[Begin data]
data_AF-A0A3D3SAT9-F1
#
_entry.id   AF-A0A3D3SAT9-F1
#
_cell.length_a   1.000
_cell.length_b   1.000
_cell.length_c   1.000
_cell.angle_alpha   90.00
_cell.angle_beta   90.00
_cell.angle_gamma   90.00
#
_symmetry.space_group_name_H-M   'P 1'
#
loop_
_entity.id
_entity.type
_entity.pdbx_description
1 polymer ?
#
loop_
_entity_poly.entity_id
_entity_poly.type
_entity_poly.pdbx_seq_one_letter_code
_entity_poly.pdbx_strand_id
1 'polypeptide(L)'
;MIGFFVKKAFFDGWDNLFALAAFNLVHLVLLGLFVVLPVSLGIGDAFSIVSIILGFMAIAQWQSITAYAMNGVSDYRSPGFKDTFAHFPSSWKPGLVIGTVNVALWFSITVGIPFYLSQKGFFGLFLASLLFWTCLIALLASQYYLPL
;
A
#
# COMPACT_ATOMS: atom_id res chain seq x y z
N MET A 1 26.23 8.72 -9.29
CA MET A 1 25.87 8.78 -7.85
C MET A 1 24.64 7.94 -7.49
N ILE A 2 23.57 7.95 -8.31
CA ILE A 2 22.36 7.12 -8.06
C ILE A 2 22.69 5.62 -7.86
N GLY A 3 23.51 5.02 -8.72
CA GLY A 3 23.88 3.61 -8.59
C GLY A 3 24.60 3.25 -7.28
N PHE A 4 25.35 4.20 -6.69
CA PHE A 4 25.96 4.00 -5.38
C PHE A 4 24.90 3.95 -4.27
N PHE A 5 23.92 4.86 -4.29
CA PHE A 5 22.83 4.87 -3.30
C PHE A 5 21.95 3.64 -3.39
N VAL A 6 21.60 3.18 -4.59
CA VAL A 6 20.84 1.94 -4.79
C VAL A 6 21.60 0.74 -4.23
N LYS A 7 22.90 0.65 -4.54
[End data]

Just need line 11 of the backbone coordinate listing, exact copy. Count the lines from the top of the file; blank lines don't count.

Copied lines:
#